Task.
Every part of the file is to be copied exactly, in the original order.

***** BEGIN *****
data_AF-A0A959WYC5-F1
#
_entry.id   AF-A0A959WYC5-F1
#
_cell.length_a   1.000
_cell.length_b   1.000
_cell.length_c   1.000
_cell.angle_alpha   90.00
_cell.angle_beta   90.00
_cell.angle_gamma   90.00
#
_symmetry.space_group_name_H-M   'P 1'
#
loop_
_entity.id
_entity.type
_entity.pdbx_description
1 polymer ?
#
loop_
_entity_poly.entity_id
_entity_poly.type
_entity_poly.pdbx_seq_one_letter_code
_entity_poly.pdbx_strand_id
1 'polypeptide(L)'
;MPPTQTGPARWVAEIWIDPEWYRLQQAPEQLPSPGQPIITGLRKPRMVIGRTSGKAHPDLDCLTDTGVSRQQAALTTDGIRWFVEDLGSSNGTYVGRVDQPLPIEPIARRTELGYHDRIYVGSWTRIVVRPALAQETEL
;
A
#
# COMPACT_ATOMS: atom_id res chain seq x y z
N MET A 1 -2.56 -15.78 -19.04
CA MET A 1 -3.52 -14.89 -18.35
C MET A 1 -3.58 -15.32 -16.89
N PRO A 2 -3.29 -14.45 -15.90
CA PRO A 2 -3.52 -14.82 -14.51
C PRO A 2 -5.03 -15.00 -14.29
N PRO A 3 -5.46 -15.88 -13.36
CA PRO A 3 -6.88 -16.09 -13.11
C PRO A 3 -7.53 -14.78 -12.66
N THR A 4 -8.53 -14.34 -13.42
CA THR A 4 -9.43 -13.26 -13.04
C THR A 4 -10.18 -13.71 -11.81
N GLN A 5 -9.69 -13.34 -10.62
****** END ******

data_AF-A0A959WYC5-F1
#
_entry.id   AF-A0A959WYC5-F1
#
_cell.length_a   1.000
_cell.length_b   1.000
_cell.length_c   1.000
_cell.angle_alpha   90.00
_cell.angle_beta   90.00
_cell.angle_gamma   90.00
#
_symmetry.space_group_name_H-M   'P 1'
#
loop_
_entity.id
_entity.type
_entity.pdbx_description
1 polymer ?
#
loop_
_entity_poly.entity_id
_entity_poly.type
_entity_poly.pdbx_seq_one_letter_code
_entity_poly.pdbx_strand_id
1 'polypeptide(L)'
;MPPTQTGPARWVAEIWIDPEWYRLQQAPEQLPSPGQPIITGLRKPRMVIGRTSGKAHPDLDCLTDTGVSRQQAALTTDGIRWFVEDLGSSNGTYVGRVDQPLPIEPIARRTELGYHDRIYVGSWTRIVVRPALAQETEL
;
A
#
# COMPACT_ATOMS: atom_id res chain seq x y z
N MET A 1 -2.56 -15.78 -19.04
CA MET A 1 -3.52 -14.89 -18.35
C MET A 1 -3.58 -15.32 -16.89
N PRO A 2 -3.29 -14.45 -15.90
CA PRO A 2 -3.52 -14.82 -14.51
C PRO A 2 -5.03 -15.00 -14.29
N PRO A 3 -5.46 -15.88 -13.36
CA PRO A 3 -6.88 -16.09 -13.11
C PRO A 3 -7.53 -14.78 -12.66
N THR A 4 -8.53 -14.34 -13.42
CA THR A 4 -9.43 -13.26 -13.04
C THR A 4 -10.18 -13.71 -11.81
N GLN A 5 -9.69 -13.34 -10.62